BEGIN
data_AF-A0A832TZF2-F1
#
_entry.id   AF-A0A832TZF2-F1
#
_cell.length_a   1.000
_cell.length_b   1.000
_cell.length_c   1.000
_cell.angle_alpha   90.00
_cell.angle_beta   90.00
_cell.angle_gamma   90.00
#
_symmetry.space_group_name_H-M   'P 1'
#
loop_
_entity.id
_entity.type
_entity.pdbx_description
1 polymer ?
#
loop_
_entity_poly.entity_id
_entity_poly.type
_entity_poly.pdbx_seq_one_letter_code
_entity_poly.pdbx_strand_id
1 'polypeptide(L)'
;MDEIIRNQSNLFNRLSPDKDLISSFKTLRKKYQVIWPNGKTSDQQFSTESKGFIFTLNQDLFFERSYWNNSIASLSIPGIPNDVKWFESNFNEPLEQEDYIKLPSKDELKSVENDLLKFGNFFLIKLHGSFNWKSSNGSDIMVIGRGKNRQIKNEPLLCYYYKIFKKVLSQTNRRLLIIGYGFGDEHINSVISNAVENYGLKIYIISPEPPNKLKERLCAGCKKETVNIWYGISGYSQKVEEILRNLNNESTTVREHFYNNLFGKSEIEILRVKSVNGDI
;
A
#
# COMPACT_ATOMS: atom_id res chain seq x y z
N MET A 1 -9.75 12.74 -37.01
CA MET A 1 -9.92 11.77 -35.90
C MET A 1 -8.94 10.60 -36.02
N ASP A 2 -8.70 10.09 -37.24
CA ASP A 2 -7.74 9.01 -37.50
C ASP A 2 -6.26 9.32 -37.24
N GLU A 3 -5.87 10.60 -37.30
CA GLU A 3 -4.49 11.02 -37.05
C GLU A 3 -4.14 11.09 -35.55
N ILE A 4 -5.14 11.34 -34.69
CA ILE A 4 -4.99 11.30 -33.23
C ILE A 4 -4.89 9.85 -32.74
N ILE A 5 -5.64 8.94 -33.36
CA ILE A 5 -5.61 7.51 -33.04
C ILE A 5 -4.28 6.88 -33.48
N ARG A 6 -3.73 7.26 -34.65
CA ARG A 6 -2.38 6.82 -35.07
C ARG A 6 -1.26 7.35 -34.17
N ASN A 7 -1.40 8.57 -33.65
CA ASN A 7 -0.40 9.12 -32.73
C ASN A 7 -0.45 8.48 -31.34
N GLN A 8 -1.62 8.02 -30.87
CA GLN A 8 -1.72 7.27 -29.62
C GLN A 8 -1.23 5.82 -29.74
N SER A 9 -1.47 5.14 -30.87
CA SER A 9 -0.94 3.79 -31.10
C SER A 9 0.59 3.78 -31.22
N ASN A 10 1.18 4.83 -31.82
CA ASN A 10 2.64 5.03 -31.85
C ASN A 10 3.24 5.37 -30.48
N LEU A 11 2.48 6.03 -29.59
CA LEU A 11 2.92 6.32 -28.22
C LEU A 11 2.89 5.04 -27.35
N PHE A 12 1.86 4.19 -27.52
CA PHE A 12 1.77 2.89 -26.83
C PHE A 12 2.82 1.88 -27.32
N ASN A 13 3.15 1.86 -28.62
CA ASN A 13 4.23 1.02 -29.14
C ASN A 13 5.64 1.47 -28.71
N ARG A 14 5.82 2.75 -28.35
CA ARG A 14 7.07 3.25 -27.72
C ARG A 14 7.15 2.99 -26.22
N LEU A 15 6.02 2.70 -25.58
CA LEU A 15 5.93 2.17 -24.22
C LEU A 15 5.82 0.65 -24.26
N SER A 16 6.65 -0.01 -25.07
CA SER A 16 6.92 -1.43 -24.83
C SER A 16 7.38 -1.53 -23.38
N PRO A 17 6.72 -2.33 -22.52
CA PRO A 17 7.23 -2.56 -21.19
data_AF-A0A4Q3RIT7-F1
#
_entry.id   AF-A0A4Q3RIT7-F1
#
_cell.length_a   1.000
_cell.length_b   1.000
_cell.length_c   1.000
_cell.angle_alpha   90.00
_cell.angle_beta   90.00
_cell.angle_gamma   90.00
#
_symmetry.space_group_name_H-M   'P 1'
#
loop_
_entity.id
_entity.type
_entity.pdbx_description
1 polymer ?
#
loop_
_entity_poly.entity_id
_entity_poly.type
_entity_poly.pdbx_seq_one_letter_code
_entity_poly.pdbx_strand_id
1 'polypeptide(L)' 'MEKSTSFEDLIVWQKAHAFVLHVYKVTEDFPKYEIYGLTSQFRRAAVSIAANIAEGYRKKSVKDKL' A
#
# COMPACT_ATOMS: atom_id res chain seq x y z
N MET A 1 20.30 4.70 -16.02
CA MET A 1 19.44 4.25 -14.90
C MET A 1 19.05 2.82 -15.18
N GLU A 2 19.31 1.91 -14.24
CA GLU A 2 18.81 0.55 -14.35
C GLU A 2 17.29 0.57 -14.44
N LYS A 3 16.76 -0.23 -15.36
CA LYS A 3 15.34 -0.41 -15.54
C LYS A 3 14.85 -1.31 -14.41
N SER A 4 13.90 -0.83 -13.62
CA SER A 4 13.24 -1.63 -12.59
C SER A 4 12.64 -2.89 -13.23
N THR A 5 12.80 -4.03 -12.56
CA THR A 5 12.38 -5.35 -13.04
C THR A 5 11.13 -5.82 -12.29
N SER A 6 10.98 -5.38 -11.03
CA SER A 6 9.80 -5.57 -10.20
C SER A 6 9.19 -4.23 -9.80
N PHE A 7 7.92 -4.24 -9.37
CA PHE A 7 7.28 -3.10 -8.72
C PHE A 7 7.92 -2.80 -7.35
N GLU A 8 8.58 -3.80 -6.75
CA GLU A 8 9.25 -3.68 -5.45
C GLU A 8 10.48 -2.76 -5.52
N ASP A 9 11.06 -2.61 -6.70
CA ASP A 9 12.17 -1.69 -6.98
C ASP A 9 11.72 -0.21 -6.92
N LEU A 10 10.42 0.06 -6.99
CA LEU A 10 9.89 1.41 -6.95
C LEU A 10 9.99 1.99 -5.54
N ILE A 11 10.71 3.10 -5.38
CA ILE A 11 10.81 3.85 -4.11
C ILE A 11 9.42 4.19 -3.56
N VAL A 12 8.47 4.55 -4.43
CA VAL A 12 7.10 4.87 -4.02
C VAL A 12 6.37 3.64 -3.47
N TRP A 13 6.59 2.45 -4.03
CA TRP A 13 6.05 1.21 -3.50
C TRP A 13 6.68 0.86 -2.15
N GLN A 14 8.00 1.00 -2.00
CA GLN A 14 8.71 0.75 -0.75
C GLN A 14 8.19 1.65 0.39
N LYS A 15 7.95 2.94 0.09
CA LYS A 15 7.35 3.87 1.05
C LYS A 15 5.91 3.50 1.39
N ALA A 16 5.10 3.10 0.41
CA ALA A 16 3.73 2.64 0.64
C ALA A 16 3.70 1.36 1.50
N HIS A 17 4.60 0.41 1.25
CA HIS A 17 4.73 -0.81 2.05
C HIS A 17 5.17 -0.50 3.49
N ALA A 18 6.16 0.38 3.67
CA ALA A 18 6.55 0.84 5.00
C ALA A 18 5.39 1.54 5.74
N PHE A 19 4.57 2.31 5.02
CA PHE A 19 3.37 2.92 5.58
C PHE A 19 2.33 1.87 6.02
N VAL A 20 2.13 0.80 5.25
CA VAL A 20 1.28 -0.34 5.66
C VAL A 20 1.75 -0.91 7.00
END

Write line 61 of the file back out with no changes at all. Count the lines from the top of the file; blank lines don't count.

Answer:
N LEU A 11 2.48 6.03 -29.59